When my colleague Fred Smith started the Competitive Enterprise Institute’s Center for Advancing Capitalism, his goal was to get more business leaders involved in the fight for economic freedom. This came as a surprise to many people outside the world of politics and public policy, who were under the impression that every business executive and CEO in the country was already a fire-breathing free-market evangelist. In reality, most business leaders are apt to leave politics to the politicians and focus on the day-to-day management needs of their companies rather than the fight for a free economy.
Some CEOs, however, seem to have more hours in the day than others. Such is the case of Karen Wright, the head of Ariel Corporation, a leading maker of natural gas compressors. Leading this successful American manufacturing company since 2001, she has carved out a role as an advocate for her industry and her convictions. When she joined our staff and supporters for CEI Summit 2020 earlier this year, Wright sat down for an in-depth conversation with CEI President Kent Lassman. The result in the new paper published today, the fifth in our Profiles in Capitalism series, “The Role of the Business Leader in Public Affairs and Philanthropy.”
During that wide-ranging interview, Wright talked about her history with the company her father founded, the importance of affordable energy, how to manage a highly cyclical business, and how she’s contributed to the renewal of her beloved hometown of Mount Vernon, Ohio. Like many wealth and job creators before her, she expressed some frustration with how successful businesses are miscast in the public imagination:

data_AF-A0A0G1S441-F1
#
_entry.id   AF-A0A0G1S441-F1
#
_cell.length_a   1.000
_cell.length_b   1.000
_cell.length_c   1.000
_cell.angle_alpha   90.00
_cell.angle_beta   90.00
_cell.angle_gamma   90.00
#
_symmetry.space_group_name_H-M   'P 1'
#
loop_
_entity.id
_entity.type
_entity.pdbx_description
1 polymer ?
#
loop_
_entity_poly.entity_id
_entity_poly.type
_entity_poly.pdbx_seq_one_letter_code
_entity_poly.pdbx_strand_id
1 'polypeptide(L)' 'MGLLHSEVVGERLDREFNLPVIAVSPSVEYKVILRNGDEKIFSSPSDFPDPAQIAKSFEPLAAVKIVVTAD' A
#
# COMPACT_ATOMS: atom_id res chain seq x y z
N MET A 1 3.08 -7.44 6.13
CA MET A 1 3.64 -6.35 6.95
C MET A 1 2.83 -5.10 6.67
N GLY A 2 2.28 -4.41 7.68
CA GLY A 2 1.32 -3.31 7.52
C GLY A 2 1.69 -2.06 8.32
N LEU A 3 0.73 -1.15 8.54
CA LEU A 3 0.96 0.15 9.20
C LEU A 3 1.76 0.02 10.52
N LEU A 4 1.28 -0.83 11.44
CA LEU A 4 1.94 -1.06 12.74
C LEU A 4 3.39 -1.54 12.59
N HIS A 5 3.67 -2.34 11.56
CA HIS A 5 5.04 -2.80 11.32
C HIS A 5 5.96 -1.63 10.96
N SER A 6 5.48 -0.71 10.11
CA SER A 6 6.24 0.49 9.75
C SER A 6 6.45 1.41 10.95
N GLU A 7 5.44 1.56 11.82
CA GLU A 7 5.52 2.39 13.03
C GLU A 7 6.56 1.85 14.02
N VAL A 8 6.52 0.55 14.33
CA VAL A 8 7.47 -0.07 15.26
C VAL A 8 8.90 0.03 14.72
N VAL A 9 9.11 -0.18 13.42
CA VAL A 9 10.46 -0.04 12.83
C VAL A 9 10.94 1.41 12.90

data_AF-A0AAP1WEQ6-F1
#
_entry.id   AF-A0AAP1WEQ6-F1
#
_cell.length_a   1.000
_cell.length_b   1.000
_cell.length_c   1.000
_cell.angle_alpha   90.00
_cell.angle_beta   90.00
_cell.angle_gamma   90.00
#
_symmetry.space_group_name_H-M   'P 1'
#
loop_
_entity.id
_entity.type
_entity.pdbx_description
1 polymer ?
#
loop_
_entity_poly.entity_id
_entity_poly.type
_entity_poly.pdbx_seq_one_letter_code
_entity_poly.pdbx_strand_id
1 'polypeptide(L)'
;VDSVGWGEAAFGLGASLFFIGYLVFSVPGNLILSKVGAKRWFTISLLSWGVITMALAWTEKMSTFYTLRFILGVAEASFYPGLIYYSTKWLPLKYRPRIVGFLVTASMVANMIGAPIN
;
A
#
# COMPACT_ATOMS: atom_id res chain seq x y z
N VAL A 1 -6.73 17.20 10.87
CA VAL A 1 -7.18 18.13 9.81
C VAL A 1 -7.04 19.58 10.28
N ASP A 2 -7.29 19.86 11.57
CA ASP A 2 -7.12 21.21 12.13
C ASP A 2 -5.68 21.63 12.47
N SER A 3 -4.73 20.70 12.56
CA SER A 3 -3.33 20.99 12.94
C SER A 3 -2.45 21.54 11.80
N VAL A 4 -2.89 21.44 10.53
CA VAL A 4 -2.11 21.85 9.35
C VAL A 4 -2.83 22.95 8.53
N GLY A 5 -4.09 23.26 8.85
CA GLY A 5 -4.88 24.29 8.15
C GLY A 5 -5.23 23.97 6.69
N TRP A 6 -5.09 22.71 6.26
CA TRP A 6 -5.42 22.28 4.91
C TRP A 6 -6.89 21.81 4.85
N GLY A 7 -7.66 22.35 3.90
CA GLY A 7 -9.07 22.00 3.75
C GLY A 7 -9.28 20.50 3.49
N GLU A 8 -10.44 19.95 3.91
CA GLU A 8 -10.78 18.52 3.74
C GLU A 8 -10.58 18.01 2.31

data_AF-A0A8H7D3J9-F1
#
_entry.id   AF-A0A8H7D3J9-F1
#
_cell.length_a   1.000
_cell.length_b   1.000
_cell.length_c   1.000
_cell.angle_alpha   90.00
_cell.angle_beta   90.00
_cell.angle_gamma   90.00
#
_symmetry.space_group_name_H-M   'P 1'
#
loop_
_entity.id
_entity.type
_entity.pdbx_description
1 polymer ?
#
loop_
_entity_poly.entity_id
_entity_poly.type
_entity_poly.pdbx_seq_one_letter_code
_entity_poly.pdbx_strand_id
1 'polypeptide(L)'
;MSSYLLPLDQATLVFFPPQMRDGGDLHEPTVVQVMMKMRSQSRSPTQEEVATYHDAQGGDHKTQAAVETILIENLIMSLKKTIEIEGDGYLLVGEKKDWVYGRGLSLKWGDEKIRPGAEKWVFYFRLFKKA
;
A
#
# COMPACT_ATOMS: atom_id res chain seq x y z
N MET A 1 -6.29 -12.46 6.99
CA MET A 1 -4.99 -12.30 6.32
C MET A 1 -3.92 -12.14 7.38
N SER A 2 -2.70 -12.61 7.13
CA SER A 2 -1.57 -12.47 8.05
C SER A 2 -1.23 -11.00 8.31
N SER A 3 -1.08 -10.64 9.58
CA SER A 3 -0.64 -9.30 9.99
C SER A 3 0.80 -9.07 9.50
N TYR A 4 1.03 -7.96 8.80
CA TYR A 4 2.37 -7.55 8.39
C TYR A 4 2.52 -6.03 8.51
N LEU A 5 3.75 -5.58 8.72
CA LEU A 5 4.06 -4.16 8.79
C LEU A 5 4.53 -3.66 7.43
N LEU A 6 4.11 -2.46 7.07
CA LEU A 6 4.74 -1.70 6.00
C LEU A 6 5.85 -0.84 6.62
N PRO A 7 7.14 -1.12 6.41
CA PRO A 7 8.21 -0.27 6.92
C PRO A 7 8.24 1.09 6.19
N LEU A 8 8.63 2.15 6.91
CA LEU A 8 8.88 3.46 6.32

What really bugs me is that the success of this business is considered, by many people on the left, as wrong and evil. We have 2,000 employees directly—but if you look at our customers and our supply base combined, that’s probably 100,000 people that are employed as a result of this business that started with one person thinking of a good idea and making it real. I mean, that’s a lot of people taught to fish. It’s a huge impact.
Fortunately, Wright has little time to sit around and complain. Between her public philanthropy, industry leadership with the American Petroleum Institute, and nonprofit leadership on the board of the State Policy Network, she’s busy working to ensure a better, freer, more prosperous tomorrow.
Read the full conversation with between Ariel Corporation CEO Karen Wight and CEI President Kent Lassman (with my introduction) here.